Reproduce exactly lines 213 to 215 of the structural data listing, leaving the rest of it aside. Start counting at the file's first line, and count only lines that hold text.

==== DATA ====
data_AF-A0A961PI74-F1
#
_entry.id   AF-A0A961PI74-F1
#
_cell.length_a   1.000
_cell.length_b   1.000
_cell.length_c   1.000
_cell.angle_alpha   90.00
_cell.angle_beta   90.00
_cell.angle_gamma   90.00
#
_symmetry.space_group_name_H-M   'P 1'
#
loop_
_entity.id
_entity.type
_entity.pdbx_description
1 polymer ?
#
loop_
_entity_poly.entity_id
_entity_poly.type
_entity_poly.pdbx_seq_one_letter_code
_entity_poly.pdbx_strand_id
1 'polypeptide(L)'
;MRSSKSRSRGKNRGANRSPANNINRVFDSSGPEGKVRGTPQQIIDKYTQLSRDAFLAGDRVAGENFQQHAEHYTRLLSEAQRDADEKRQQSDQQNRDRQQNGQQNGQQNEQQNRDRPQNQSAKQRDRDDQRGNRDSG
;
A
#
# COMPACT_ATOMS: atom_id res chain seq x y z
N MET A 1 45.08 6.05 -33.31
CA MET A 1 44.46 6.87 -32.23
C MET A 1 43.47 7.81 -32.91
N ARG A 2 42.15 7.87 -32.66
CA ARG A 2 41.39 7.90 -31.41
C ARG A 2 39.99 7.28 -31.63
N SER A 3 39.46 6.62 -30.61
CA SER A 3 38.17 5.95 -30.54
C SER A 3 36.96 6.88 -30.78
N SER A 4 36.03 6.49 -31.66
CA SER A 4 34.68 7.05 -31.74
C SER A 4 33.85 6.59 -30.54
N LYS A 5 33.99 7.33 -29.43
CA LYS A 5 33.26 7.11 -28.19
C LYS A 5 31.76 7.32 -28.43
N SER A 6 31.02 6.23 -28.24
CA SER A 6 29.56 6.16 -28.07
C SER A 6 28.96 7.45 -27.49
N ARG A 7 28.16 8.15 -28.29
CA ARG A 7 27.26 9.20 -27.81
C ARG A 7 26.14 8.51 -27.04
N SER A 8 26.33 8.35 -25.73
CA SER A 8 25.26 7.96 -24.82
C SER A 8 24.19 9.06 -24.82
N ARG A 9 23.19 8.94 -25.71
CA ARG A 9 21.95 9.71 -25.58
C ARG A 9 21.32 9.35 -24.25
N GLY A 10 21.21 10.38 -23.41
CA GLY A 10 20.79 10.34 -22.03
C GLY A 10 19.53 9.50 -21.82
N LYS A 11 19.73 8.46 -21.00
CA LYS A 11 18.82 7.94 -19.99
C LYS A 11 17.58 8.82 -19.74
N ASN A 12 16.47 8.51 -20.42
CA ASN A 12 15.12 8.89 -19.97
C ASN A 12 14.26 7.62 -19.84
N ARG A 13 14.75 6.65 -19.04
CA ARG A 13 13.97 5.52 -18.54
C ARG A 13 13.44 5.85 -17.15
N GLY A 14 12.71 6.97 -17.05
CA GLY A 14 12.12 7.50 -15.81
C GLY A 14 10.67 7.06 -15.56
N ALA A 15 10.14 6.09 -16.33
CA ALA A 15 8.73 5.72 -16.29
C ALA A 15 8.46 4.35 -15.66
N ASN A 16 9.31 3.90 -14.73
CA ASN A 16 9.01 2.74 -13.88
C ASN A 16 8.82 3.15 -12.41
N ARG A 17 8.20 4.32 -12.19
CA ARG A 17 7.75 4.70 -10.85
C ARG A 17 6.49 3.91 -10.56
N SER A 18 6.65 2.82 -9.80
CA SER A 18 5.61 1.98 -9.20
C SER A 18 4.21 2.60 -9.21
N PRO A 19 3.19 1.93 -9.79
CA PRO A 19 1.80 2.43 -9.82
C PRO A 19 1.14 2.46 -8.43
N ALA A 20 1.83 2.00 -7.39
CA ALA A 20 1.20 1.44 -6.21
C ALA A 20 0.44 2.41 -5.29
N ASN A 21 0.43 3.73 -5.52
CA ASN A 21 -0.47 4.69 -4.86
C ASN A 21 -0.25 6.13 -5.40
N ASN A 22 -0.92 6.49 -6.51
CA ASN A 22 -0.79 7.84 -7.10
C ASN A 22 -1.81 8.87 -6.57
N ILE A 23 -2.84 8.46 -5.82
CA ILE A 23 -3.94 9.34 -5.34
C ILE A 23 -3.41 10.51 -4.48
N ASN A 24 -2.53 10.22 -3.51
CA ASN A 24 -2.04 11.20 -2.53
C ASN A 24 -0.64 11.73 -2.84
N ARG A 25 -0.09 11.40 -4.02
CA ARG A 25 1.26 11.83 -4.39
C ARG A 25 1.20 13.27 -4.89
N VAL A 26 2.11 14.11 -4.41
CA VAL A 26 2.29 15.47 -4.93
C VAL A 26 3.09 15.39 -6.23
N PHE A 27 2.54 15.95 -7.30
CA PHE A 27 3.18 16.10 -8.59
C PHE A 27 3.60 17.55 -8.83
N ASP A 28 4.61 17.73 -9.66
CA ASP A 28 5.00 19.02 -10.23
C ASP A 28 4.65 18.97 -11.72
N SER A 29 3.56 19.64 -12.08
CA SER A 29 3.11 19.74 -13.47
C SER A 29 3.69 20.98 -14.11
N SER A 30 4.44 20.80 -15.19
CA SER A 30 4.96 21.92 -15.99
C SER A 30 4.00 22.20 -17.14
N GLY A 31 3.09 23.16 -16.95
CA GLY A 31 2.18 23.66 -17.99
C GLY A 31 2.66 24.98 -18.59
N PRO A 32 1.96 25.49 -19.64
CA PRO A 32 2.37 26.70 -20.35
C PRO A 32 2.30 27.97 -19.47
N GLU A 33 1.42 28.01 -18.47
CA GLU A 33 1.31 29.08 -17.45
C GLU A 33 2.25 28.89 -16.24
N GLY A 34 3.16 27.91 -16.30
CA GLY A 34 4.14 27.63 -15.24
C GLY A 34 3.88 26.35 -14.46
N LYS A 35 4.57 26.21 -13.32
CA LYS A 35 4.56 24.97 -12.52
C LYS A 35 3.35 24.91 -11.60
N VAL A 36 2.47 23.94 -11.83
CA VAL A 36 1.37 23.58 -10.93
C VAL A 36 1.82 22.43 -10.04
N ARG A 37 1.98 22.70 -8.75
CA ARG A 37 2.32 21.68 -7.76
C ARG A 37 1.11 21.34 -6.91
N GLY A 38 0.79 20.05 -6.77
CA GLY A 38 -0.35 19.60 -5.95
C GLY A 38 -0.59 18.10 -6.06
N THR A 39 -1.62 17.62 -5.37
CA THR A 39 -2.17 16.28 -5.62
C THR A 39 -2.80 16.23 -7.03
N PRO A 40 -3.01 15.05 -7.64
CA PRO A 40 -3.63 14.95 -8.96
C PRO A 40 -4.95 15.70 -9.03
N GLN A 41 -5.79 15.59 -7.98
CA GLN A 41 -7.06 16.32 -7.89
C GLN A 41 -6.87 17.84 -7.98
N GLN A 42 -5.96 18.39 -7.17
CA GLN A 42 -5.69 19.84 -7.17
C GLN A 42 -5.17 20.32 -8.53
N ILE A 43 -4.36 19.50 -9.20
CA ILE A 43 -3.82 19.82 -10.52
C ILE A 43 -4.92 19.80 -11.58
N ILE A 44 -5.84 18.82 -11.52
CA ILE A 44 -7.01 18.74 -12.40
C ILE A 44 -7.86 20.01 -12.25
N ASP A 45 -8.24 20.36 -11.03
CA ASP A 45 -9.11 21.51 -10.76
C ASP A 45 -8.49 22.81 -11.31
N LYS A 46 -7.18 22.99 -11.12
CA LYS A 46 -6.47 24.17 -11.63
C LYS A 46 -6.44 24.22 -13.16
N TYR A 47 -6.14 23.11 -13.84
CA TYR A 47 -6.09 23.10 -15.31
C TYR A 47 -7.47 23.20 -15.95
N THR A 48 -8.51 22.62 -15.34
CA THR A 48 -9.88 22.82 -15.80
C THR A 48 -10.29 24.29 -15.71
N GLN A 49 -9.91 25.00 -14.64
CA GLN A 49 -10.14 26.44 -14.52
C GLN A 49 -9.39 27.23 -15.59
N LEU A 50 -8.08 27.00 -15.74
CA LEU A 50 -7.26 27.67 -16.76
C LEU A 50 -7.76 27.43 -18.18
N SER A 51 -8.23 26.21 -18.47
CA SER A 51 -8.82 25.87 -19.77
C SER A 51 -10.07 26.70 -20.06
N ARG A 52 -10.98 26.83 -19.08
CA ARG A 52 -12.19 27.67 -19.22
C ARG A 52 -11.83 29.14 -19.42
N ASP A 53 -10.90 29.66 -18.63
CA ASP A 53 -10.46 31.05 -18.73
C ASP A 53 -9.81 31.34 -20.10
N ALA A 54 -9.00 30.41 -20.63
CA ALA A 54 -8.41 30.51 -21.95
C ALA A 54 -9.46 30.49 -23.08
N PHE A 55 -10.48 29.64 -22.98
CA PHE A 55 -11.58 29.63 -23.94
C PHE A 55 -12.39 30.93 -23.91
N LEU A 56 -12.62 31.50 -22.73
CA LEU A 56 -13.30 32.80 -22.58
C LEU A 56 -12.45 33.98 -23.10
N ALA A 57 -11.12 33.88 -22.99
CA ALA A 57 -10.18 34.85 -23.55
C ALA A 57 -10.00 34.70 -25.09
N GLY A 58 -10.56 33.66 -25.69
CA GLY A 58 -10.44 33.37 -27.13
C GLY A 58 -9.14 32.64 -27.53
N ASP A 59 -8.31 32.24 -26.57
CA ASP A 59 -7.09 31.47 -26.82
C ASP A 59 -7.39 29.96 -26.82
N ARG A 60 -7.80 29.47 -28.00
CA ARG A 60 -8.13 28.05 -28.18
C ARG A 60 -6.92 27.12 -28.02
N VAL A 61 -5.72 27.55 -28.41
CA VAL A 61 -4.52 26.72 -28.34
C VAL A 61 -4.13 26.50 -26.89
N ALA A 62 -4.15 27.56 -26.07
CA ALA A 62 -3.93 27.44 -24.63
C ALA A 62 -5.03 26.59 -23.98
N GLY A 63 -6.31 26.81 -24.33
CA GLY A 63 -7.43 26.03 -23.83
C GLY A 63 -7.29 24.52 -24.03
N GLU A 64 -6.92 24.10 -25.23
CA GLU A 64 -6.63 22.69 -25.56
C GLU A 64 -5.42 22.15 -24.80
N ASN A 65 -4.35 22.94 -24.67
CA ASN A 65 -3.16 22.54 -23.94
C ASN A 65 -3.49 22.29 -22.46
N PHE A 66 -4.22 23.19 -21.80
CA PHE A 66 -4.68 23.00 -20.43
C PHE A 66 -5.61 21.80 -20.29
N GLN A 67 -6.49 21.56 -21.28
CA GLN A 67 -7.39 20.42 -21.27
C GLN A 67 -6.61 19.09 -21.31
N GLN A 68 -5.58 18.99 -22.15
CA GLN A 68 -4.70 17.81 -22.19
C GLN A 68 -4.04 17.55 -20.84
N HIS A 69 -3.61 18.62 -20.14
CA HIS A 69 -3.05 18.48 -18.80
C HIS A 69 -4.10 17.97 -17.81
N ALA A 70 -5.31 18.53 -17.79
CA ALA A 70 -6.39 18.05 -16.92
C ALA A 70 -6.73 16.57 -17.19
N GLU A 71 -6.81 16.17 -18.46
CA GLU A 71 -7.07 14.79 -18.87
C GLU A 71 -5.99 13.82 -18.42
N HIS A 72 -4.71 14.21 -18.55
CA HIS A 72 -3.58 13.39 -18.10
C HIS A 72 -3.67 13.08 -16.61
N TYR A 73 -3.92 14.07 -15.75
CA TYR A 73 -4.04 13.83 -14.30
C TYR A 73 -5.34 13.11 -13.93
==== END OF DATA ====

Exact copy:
C VAL A 61 -4.13 26.50 -26.89
N ALA A 62 -4.15 27.56 -26.07
CA ALA A 62 -3.93 27.44 -24.63